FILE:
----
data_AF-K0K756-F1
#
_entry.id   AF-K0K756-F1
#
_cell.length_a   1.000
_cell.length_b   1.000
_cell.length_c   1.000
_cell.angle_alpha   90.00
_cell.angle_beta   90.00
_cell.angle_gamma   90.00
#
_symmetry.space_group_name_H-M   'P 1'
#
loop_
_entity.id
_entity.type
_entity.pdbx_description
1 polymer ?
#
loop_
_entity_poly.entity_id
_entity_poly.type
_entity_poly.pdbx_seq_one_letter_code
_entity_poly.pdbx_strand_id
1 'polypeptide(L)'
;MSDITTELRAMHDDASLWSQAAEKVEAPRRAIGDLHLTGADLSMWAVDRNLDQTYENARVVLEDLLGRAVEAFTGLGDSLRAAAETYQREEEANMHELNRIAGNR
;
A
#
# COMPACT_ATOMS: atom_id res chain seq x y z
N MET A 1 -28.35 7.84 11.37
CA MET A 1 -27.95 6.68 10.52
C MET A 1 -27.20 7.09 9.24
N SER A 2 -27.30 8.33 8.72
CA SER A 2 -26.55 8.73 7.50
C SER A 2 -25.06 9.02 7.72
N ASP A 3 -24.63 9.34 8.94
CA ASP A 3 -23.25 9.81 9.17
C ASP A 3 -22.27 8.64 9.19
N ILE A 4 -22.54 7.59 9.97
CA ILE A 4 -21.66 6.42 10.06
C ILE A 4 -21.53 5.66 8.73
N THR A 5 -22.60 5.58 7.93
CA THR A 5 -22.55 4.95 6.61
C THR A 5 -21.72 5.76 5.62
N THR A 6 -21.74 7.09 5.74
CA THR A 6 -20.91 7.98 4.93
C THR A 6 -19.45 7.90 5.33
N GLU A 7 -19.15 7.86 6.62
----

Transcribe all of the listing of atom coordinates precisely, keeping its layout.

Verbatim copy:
data_AF-K0K756-F1
#
_entry.id   AF-K0K756-F1
#
_cell.length_a   1.000
_cell.length_b   1.000
_cell.length_c   1.000
_cell.angle_alpha   90.00
_cell.angle_beta   90.00
_cell.angle_gamma   90.00
#
_symmetry.space_group_name_H-M   'P 1'
#
loop_
_entity.id
_entity.type
_entity.pdbx_description
1 polymer ?
#
loop_
_entity_poly.entity_id
_entity_poly.type
_entity_poly.pdbx_seq_one_letter_code
_entity_poly.pdbx_strand_id
1 'polypeptide(L)'
;MSDITTELRAMHDDASLWSQAAEKVEAPRRAIGDLHLTGADLSMWAVDRNLDQTYENARVVLEDLLGRAVEAFTGLGDSLRAAAETYQREEEANMHELNRIAGNR
;
A
#
# COMPACT_ATOMS: atom_id res chain seq x y z
N MET A 1 -28.35 7.84 11.37
CA MET A 1 -27.95 6.68 10.52
C MET A 1 -27.20 7.09 9.24
N SER A 2 -27.30 8.33 8.72
CA SER A 2 -26.55 8.73 7.50
C SER A 2 -25.06 9.02 7.72
N ASP A 3 -24.63 9.34 8.94
CA ASP A 3 -23.25 9.81 9.17
C ASP A 3 -22.27 8.64 9.19
N ILE A 4 -22.54 7.59 9.97
CA ILE A 4 -21.66 6.42 10.06
C ILE A 4 -21.53 5.66 8.73
N THR A 5 -22.60 5.58 7.93
CA THR A 5 -22.55 4.95 6.61
C THR A 5 -21.72 5.76 5.62
N THR A 6 -21.74 7.09 5.74
CA THR A 6 -20.91 7.98 4.93
C THR A 6 -19.45 7.90 5.33
N GLU A 7 -19.15 7.86 6.62